It is in the latter field of business that the 78-year old tycoon likely holds the most influence, influence nurtured via the Anschutz Entertainment Group (AEG), the “sports and music” arm of his eponymous corporation. The AEG operates some of the most revered venues in the world (such as Los Angeles’ Staples Center and London’s O2 Arena), and through subsidiary Golden Voice it owns festivals like FYF, Panorama, and of course, Coachella.
The firestorm surrounding the CEO began in the summer of 2016. Freedom for All Americans, a self-described “bipartisan campaign seeking nondiscrimination protections for LGBT people nationwide,” which began in the wake of the Supreme Court’s decision to legalize same-sex marriage, named Anschutz as an “enemy of equality” in a report that unveiled the individuals funding organizations aimed at installing discriminatory anti-LGBT legislation around the country. These findings were reported on by The Washington Post, and the extent of Anschutz’s philanthropy was brought into the cold light of day.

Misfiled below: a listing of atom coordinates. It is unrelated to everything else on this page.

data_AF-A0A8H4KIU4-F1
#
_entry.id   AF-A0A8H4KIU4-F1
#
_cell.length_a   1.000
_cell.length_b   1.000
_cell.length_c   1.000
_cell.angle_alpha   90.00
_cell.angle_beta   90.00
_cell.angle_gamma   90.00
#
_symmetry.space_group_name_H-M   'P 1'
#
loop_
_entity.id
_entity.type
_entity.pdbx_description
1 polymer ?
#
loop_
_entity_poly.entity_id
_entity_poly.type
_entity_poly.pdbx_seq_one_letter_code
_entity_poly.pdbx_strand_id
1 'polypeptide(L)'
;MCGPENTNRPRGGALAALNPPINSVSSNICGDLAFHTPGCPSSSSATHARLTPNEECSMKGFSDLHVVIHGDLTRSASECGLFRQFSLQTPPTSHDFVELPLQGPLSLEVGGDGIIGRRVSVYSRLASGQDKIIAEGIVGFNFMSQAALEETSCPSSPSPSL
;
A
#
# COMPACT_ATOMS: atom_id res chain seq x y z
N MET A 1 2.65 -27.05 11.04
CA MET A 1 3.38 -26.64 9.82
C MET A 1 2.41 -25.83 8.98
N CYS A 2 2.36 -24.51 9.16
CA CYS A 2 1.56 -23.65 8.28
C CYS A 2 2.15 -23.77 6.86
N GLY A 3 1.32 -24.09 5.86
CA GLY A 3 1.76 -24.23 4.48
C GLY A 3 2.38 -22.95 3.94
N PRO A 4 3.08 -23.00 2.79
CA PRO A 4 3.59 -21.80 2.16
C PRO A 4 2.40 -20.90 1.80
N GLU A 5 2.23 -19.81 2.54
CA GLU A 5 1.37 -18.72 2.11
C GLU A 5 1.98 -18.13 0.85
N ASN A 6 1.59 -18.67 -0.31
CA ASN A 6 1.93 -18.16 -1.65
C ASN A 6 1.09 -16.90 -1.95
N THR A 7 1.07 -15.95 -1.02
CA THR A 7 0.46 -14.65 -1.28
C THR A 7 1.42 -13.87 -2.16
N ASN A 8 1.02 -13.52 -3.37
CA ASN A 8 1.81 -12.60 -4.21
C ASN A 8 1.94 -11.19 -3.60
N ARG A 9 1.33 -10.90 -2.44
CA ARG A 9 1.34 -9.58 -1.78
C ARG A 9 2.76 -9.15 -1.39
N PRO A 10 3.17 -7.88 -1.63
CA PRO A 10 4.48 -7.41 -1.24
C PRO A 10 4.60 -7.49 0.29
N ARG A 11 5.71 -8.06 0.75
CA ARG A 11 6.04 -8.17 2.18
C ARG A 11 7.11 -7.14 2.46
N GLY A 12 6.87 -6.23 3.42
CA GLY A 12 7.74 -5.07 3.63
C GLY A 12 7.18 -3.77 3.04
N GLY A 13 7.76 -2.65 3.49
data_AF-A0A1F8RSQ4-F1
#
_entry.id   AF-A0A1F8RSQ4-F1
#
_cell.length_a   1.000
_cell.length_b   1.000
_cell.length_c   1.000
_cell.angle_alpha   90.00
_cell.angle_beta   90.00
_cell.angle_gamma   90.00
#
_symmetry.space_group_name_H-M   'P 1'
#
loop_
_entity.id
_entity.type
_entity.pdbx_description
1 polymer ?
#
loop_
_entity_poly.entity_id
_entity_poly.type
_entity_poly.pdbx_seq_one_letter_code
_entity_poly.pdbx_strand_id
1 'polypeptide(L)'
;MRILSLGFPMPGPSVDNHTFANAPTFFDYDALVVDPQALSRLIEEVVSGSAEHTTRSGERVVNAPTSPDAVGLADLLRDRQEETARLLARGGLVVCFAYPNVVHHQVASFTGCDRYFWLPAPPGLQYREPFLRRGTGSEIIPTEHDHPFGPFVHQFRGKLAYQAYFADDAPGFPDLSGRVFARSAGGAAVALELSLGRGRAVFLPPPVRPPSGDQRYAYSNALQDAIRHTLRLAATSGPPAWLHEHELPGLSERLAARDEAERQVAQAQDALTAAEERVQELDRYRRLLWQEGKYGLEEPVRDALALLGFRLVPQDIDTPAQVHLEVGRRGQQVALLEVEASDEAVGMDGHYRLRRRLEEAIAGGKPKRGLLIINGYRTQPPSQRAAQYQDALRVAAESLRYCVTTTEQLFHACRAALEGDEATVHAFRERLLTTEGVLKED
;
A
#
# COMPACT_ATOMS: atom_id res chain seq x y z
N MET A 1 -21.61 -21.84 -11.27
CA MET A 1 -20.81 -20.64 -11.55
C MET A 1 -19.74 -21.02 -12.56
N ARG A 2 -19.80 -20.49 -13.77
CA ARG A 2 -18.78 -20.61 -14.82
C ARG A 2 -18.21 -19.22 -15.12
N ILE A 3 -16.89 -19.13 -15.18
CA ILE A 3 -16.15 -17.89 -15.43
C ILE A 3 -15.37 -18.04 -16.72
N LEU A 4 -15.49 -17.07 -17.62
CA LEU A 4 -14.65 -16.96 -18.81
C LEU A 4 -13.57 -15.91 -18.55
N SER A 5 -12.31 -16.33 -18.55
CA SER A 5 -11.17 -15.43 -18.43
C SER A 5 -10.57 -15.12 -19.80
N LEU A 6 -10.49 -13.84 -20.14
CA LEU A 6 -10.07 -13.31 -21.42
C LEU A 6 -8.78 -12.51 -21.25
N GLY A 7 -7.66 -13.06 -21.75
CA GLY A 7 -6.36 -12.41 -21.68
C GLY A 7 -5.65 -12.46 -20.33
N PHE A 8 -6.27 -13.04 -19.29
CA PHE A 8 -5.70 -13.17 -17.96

At this point, the organizations to which he contributed should be fairly predictable in their awfulness. They included: the infamous Family Research Council, a Christian nonprofit aimed at outlawing abortion and same-sex marriage; the Alliance Defending Freedom, a project that attempts to craft legislation that would recriminalize homosexuality; and the National Christian Foundation, a group that, in layman’s terms, manages donations and funding to support organizations like the aforementioned.